How can they possibly keep track of where we are?
My concern is then heightened when I read about the scams that are run in many countries aimed purely at the tourist.
From fake payment terminals, to helpful locals at the ATM machines wanting to make sure you don’t get caught out having to pay the local charges, to cashiers hoping to confuse you with your change you need to constantly be alert.
Many of these can be prevented by making sure that you are self-aware of what is going on around you; not getting distracted by others who are no doubt part of the scam.
But due diligence only goes so far, can we really protect ourselves against technology?
The simple answer is YES.
How to Eliminate the Threat of Data Theft and Contactless Card Fraud
Whilst our initial thoughts will always be to protect our money, after all we have worked hard for it; we also need to think about the wider implications of our card details being scanned. This simple act can not only lead to your bank account being significantly lighter, it could also result in your whole identity being taken by another.
But before we all go into panic mode, companies who have got wise to this are beginning to create products to help us.
“The problem is pervasive and there is a real opportunity for manufacturers of clothing, wallets, and bags as well as payment, loyalty and building-access cards to weave security into their product design,”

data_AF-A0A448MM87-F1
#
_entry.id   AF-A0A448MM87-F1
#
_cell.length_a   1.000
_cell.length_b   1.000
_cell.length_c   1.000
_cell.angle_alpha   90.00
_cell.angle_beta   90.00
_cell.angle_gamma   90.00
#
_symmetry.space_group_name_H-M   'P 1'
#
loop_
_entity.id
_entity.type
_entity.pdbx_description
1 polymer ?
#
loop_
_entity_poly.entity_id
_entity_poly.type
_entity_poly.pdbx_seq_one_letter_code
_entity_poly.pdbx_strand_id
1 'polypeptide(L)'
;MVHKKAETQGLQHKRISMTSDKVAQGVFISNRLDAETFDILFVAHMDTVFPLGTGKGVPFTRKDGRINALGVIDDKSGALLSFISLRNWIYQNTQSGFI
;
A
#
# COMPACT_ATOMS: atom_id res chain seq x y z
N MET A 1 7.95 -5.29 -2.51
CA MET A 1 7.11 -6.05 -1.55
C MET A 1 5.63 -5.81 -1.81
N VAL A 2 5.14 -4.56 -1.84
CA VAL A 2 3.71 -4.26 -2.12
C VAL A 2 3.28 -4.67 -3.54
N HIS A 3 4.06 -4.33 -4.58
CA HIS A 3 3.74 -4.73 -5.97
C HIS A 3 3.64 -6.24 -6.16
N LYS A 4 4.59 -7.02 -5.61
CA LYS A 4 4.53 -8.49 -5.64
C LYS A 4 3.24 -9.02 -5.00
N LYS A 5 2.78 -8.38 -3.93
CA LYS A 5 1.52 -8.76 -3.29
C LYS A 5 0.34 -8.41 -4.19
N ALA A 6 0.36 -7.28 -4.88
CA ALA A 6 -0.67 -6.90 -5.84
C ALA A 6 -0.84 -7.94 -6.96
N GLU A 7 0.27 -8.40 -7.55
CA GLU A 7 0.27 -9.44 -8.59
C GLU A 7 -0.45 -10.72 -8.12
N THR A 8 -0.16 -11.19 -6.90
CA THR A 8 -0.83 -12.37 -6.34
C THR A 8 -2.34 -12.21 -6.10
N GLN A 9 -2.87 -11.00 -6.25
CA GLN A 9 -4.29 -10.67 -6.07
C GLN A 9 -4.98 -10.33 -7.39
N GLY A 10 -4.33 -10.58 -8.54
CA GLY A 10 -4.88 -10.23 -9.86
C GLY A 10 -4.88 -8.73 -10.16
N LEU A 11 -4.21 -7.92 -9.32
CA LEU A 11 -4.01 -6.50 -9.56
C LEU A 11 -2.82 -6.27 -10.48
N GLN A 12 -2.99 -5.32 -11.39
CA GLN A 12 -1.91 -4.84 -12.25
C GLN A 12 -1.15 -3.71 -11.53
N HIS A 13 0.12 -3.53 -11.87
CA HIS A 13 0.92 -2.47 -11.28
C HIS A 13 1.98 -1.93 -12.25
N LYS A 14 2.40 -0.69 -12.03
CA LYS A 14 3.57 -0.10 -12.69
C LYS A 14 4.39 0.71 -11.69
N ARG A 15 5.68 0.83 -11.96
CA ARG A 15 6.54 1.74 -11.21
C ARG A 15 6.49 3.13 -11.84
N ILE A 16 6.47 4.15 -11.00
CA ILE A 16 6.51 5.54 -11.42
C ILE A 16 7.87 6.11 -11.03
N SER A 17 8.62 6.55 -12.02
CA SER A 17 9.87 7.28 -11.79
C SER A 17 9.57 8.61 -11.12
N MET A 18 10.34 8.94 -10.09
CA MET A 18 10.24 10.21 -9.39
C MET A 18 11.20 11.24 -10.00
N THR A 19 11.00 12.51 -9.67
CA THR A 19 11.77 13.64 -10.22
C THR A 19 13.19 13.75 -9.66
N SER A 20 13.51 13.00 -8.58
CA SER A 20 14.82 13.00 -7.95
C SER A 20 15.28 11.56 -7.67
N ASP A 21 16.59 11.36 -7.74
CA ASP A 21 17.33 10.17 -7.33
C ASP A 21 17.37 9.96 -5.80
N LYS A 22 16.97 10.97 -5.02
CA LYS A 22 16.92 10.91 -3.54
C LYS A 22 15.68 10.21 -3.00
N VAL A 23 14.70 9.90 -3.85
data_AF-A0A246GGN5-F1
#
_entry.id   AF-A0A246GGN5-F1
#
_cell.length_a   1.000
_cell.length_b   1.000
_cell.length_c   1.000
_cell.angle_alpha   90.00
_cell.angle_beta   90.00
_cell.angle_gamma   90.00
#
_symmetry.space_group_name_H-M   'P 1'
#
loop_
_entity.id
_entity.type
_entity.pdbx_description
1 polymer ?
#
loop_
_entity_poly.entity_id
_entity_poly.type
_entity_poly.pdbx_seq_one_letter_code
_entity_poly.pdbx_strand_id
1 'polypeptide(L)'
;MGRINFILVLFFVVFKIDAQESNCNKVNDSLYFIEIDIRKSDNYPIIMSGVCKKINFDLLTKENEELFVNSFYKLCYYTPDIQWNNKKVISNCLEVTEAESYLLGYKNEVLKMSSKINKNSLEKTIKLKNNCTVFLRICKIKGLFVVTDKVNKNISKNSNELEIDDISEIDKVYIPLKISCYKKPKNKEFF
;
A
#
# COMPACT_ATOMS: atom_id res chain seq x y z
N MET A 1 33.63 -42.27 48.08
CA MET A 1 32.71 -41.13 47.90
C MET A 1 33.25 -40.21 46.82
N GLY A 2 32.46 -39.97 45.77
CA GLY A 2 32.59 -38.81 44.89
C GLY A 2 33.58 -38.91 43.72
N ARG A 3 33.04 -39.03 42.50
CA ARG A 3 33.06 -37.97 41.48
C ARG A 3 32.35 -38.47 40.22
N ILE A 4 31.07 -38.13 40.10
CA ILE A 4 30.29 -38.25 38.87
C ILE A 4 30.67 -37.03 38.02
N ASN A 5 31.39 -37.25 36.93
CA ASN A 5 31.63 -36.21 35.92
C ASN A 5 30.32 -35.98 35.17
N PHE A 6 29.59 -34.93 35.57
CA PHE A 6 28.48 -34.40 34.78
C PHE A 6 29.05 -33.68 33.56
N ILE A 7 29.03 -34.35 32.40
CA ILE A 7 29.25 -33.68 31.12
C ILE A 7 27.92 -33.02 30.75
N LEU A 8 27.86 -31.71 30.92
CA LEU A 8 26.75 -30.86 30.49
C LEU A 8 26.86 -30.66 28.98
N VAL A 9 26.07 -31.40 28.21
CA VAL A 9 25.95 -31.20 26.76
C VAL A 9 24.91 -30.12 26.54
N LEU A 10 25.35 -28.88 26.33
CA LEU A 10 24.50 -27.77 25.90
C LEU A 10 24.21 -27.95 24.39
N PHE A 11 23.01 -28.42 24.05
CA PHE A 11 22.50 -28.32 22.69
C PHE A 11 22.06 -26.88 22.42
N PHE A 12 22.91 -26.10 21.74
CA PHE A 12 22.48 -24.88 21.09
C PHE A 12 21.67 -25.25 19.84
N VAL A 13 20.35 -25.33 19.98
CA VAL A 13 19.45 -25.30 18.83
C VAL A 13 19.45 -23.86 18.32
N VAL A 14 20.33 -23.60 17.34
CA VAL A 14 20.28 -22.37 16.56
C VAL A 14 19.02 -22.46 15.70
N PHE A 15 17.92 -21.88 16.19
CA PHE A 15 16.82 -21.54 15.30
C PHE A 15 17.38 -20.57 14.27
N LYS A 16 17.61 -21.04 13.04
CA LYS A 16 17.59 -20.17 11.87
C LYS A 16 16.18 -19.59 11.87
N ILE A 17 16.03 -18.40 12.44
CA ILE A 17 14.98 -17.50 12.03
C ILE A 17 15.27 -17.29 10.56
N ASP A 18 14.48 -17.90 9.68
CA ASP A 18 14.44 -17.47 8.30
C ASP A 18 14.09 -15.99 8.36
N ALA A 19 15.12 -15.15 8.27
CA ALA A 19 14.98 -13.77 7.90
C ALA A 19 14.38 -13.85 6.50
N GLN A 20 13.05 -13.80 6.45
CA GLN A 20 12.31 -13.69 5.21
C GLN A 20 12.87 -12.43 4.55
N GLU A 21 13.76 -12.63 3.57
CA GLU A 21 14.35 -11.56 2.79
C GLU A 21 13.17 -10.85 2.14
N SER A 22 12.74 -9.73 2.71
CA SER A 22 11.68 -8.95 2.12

(Julian Ghail, founder of RFIDCLOAKED)
Julian is the founder of a new start-up RFIDCLOAKED which has created an ultra-thin, super light, completely flexible contactless card theft protector.
Being the size of a business card means that you can slip this little gem into your purse or wallet in order to become completely protected against those pesky fraudsters.
RFIDSecur is a low-cost solution to protecting you against ID skimming devices. Whether it is your debit card, credit card or your oyster card, this company are guaranteeing protection against fraud.
Not convinced? Perhaps this video will help.
Best Way to Use RFIDSecur
One RFIDSecur card will protect two contactless cards, simply place it in between the cards you wish to guard against fraud whilst two RFIDSecur cards will secure up to five contactless cards.
It really couldn’t be any simpler.
At only £14 for two cards it is also one of the cheapest forms of protection I have come across.
So what are you waiting for? Still not convinced? Why not take a look at the RFIDCLOAKED website for yourself where you will find even more data and details of this flexible piece of fraud protection.
For me however, after more than 10 years in the finance industry seeing people crumble after a scammer has drained their bank account, I need no more convincing.
Have you ever been a victim of fraud?
Note: This is a sponsored post and I did receive a complimentary product in order to try for ourselves. However, all words and views are my own and I did indeed work in banking for more than 10 years so everything I have said here is completely true and not distorted